I have bad feet, and they’re getting worse. They’ve always been flat but now they’re absurdly so. I went to a new podiatrist not long ago and as he peeled off my sock he couldn’t contain his glee, saying, “Wow, you have a real deformity!” In my early middle-age my toes have decided to spread out a bit, too. (Does “Dadbod” apply to one’s feet?) Golf shoes that fit comfortably for years are suddenly squishing my tootsies; the ring toe on my right foot has periodically been blackened, an unintentional goth look my young daughters love. All of this has made it difficult, and sometimes painful, to walk five or six miles on uneven terrain while carrying a heavy bag. Secretly, I’ve longed to be lounging in a cart, feet on holiday, but my golf buddies are dedicated walkers and always shame me into joining them, citing longstanding tradition, the purity of the experience and other such poppycock.
So when I heard that FootJoy now offers custom-fitting for shoes I jumped — well, sauntered — at the chance. After a couple of emails with its NorCal rep, Rick Overstreet, we agreed to meet at my local house of worship, Golf Mart, in Seaside, Calif. You know how some clever kids rent the Oscar Meyer Wienermobile for prom? The golf nerd equivalent is Rick’s swagmobile, an oversized van stuffed with all the latest shoes, gloves, socks, shirts, hats and other goodies. Give me a camping stove and I could lead a happy life in Rick’s van.
Anyway, he set about measuring my foot with the same care Scotty Cameron builds a putter. At one point he mumbled, “Very interesting,” which sent me into a tizzy of anticipation. By standard measure I am a size 13. But Rick used a fancy Brannock Device to determine that from heel to ball I am a 14.5; my stubby toes allow me to squeeze into 13s but that means the ball of my foot and toes are often too far forward and hit the shoe in the wrong place, accounting for the blisters and bruises. Hearing Rick’s analysis was seriously one of the happiest moments of my life. At long last I understood my godforsaken feet! Rick had more counterintuitive insight. Because of my chunky orthotics I always assumed I needed wider shoes, and lately I had been trying to find less-pointy models that would accommodate my apparently widening toes. But after conducting more measurements Rick determined that my foot is actually on the narrow side. My blackened toenail was because my broken-in shoes were too big, not too small — my foot was sliding around and ultimately getting smashed against the front of the shoe.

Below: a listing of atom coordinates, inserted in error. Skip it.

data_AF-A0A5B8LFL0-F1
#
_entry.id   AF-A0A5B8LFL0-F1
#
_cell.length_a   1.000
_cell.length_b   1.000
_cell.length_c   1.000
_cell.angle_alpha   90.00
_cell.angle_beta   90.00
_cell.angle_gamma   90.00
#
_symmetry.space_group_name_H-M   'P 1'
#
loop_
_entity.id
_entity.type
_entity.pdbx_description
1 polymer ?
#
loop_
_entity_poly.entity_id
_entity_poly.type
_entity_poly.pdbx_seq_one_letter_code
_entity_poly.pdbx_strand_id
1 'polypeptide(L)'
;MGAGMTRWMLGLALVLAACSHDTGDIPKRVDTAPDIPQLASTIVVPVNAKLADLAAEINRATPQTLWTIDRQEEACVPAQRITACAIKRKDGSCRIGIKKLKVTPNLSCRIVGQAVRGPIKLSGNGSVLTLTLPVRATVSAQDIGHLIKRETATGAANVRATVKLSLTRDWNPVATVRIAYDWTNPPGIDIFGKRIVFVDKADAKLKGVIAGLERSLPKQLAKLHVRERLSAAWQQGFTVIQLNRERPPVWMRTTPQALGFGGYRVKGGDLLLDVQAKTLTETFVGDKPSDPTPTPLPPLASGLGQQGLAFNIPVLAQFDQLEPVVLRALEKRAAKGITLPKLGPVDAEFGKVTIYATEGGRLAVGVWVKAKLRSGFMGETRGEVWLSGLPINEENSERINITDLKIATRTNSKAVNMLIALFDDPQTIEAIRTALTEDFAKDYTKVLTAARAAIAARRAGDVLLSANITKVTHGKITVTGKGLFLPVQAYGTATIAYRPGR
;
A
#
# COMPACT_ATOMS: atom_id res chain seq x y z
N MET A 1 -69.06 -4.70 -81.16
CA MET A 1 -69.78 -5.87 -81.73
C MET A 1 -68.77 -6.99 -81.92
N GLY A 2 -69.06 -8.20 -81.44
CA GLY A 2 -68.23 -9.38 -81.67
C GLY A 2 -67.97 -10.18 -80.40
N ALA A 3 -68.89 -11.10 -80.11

After cogitating on the design of the many shoes in his line, Rick recommended 13-narrow in the Icon, DNA and Hyperflex lines. It didn’t take me long to get one of each. The snugness of the fit took some getting used to but all are supremely comfortable and I have not been plagued by the back-nine limp that used to characterize many of my rounds. (I tried to pretend it was a gangsta strut but nobody was fooled.) I have no doubt I’m finishing rounds better because I’m not fighting my feet, with all the attendant fatigue and frustration. “We know from our own research that most golfers are wearing the wrong shoes,” Rick told me. “A lot of buying decisions are made out of habit, or based on styling, but comfort and performance really should be the keys.” Over the years I’ve done numerous custom-fittings on my driver, irons, putter, wedges and ball. But I can honestly say nothing has made me happier on the course than finally finding the right shoes, even if my daughters are disappointed that I no longer sport a black toenail.
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